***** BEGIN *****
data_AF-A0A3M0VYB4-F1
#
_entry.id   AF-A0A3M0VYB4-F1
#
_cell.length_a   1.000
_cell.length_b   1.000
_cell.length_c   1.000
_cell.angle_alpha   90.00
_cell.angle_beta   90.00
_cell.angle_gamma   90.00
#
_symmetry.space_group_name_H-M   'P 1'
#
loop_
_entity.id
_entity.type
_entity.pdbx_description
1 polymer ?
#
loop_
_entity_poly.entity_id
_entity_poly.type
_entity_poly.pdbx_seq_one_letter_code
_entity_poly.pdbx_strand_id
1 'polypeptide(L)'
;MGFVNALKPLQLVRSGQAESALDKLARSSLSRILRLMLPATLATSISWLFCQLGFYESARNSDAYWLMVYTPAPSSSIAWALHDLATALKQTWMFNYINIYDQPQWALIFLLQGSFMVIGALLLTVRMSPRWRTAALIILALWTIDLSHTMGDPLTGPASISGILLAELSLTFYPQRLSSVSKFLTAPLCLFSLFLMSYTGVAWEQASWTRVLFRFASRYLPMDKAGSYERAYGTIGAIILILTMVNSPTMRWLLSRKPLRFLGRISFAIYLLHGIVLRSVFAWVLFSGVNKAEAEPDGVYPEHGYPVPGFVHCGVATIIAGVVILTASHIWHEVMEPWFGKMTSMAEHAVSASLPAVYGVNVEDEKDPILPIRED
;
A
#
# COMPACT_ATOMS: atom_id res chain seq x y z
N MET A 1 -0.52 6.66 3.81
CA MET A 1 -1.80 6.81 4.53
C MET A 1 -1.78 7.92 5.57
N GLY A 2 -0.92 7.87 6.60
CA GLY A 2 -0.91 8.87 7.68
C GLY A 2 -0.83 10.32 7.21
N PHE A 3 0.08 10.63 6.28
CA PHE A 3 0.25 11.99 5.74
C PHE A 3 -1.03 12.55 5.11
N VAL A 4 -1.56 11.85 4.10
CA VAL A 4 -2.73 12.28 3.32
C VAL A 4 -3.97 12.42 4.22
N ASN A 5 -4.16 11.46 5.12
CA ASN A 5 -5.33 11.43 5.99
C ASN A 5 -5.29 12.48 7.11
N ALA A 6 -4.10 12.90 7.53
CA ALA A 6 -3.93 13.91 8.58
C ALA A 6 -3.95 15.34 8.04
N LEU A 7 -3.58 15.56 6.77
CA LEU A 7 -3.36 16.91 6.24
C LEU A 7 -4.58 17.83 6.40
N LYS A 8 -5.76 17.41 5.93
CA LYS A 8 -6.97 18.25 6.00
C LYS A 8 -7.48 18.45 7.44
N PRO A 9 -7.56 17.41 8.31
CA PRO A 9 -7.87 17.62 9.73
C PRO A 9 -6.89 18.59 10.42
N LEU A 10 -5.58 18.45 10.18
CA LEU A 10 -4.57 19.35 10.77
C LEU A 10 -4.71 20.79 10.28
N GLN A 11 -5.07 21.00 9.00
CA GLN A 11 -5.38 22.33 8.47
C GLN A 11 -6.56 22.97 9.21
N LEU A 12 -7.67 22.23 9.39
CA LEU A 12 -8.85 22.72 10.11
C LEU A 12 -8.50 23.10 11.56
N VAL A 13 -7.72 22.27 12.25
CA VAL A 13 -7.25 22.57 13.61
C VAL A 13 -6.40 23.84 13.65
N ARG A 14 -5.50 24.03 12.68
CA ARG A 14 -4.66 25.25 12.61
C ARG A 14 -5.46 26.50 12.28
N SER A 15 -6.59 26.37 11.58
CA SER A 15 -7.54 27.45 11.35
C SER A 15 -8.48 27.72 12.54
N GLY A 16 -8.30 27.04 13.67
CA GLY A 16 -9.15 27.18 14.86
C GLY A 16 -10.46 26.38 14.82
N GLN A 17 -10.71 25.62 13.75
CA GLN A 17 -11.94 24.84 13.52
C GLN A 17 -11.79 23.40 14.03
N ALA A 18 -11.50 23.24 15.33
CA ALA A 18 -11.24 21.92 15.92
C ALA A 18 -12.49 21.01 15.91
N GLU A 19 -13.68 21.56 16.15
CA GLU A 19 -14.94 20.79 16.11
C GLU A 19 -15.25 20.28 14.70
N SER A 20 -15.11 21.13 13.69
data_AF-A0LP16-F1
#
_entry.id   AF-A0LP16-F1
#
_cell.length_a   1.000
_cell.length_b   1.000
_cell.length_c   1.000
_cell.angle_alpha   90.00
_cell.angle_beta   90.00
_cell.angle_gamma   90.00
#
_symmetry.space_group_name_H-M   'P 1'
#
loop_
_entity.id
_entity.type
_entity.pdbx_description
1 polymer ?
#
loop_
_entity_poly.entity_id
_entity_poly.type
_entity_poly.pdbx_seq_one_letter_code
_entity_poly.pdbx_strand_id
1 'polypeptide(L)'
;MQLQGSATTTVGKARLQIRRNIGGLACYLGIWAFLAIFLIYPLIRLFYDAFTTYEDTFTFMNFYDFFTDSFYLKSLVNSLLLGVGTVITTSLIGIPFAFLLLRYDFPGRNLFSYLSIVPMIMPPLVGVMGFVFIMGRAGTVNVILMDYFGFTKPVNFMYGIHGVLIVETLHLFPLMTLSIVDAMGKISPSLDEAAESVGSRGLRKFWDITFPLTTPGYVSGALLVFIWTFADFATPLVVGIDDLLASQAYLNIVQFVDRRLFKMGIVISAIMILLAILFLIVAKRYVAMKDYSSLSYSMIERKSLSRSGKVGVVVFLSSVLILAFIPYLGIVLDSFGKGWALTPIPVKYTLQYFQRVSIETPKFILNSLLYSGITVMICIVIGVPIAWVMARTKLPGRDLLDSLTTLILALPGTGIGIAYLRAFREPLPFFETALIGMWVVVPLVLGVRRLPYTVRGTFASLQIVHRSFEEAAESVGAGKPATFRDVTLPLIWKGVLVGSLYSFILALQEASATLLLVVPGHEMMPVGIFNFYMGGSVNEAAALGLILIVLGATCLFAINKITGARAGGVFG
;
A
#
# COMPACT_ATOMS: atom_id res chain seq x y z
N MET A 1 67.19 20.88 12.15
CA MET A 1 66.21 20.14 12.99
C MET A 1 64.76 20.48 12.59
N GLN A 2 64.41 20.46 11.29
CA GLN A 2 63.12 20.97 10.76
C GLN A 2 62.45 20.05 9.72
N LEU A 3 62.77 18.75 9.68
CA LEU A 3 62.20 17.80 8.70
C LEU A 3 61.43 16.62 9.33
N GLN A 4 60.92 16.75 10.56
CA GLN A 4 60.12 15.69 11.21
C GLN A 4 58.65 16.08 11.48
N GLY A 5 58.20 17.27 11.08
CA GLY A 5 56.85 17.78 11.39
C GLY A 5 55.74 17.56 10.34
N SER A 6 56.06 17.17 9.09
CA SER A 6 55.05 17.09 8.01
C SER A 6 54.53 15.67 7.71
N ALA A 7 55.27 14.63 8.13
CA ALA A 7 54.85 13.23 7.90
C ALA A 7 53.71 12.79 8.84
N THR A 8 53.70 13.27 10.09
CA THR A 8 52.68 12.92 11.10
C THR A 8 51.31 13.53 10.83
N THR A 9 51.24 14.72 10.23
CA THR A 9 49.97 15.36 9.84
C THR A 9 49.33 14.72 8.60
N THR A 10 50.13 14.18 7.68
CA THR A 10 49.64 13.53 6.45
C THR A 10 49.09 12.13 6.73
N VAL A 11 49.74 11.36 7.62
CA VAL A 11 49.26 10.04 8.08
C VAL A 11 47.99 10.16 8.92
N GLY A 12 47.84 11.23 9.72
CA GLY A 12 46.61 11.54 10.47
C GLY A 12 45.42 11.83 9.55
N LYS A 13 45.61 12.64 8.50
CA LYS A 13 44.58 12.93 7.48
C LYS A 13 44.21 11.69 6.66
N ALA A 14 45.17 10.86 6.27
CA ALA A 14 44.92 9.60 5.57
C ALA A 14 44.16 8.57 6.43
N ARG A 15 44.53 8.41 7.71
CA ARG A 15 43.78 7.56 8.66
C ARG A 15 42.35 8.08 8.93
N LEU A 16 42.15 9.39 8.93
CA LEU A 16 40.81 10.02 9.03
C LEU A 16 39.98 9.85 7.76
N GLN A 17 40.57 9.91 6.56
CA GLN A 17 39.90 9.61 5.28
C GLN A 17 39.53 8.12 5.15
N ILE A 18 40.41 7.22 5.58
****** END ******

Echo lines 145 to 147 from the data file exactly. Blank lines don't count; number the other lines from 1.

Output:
C THR A 9 49.33 14.72 8.60
N THR A 10 50.13 14.18 7.68
CA THR A 10 49.64 13.53 6.45